October 15, 2023
Last week I promised to publish the first Haiku someone sent in. It was so satisfactory I made the same offer, but I got two Haikus this time.
Here is one from first-time Haiku poet Nick Sunsdahl of Duluth, Minnesota.
Something like a snow party
Winter's coming, no?
But then when Biddy Greene, a long-time reader from Capetown, sent in another, I couldn't refuse:
Haikus are easy
But they need to mean something
Not just scan okay
The weather report from South Central Lower Michigan has been about the same as last week:
Rain for a day or two, pleasantly chilly, and rain for a day or two. There were a few days in which the fishes didn't even bother to come up and look for food. But the past couple of days, the air temperature hit the 50's F. The water temperature was just about 50 degrees F. The fish looked interested and I gave them about half the food I usually gave. The Euonymus in the front yard has gotten redder and redder!
Lets look at our Ants. First, A European Black Carpenter Ant. Next is one of the Fusca-group Field Ants. Third is a Winter Ant.
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Were there any Bees? Nothing like those of two weeks ago! The Asters seemed to come with their own little Bees stuck right on the center. But not this week. So how about Beetles? These little bright red Beetles were all over some places. And the Asian Lady Beetles, like these next two kinds, were easier to see than sometimes. If you want to check for Asian Lady Beetles, look at the decoration on the head - in both these Beetles, the ornamentation seems to be a "W" or a "M".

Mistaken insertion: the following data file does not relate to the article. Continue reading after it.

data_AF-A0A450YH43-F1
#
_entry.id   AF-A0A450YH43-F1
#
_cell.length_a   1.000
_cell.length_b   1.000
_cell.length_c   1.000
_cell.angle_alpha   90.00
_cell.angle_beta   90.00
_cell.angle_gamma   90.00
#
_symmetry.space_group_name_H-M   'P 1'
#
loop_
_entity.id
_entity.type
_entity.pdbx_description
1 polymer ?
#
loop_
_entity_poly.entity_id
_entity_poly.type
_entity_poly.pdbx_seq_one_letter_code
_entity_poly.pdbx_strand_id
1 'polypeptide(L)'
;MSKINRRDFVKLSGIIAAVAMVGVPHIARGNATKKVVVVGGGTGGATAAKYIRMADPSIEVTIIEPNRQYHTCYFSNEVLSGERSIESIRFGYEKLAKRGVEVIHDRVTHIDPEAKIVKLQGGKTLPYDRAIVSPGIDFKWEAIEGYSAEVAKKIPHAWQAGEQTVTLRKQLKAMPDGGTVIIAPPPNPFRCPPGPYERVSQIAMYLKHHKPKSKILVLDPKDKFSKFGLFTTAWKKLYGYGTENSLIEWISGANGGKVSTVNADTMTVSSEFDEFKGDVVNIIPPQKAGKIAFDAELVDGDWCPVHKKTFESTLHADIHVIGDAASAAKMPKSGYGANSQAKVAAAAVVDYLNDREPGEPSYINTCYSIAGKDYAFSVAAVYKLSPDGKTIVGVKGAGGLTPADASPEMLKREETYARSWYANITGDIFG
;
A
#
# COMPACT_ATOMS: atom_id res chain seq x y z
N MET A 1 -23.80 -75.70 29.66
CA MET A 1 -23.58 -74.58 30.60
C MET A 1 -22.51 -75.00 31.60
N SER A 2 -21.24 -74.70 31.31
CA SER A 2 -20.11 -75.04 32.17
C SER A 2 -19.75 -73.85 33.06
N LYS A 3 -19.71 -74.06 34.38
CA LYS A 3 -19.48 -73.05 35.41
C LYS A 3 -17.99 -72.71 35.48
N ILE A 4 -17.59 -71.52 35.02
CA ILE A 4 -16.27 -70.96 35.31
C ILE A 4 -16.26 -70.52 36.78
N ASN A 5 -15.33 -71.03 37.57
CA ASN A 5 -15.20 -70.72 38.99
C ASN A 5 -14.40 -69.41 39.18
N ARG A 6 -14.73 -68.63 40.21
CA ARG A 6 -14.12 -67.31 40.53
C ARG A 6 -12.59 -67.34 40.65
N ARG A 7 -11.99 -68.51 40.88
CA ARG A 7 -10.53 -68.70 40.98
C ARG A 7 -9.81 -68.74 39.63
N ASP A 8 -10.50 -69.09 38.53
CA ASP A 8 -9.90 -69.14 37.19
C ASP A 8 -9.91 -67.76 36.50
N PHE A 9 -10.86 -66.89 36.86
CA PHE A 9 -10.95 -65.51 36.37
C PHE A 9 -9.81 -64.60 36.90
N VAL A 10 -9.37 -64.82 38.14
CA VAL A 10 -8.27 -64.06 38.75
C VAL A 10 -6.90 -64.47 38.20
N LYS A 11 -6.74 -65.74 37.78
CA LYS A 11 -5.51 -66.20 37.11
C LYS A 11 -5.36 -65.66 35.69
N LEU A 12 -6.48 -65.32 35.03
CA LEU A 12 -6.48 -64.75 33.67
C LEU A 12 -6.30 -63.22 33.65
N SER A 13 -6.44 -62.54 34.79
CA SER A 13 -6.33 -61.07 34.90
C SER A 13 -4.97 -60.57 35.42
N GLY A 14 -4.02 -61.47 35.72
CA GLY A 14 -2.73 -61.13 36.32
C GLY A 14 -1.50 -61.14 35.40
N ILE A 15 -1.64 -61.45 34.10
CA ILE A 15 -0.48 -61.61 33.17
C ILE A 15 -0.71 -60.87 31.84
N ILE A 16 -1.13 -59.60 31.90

That seems to be it for the Beetles. So let's move on to the Bugs. They are usually easier to find. And they come in such varied shapes! Usually I start with the Assassin-type Bugs, but this week I didn't see any of them. Not the Zelus Assassin Bugs nor the Ambush Bugs. Neither of those! I did see this bluish Bug that other than its color reminded me of its similarity to the Drymus Unus I usually associate with this time of year. This year is the first time I've seen them with shades of red and blue. Picture 2 shows a pair of them mating in the Goldenrod.
I was pretty sure I wouldn't find an identification for this next Bug. It didn't look like anything I'd ever seen. But my friend Andrew Meeds said, it looks like a nymph (instar 3 or 4) of one of the Euschistus Stink Bugs. Well, my North Wall has been thick with little Euschistus Brown Stink Bugs. So I decided that was the solution. Picture 2 was taken of one of those tiny Stink Bugs on September 21. The third little bug looks like the Stilt Bug (genus Jalysus) we saw last week.
Which brings us to the Leafhoppers. There were lots of them. First is Erasmoneura vulnerata. Then we see a mostly yellow Leafhopper in Tribe Typhlocybini (a member of Microleafhoppers Subfamily Typhlocybinae). This one was identified by Kyle Kittelberger and Solomon Hendrix. Third is an overexposed shot of Eratoneura ardens.
A couple more Hoppers. First is a fellow with a very simple pattern which reminds me of the tree-shaped pattern of the Arboridia genus. But Arboridia is now called Erythridula, so this one is in genus Erythridula. Second is a yellow-patterned member of genus Eratoneura.
Here is a member of Jikradia olitoria, the Coppery Leafhopper. This picture reminds me that I missed seeing any of the early instars, in which the nymph seems to have a large snout.
I have to admit that I had forgotten to take a nice picture of a Boxelder Bug but when the first one of the day turned out to be walking casually past my cookie box I chased him or her away instead of reaching for my camera!!! Maybe we have seen enough Bugs for the weekend!
Let's switch instead to the Barklice, or Psocids. Here is a little family of Graphopsocus cruciatus. Third look like G. cruciatus eggs.
Here is an Echmepteryx hageni, showing its shaggy coiffure and its light (probably green) eyes.
It is followed by a Polypsocus corruptus. Third MAY BE Graphopsocus cruciatus about to moult that big yellow dollop of goo!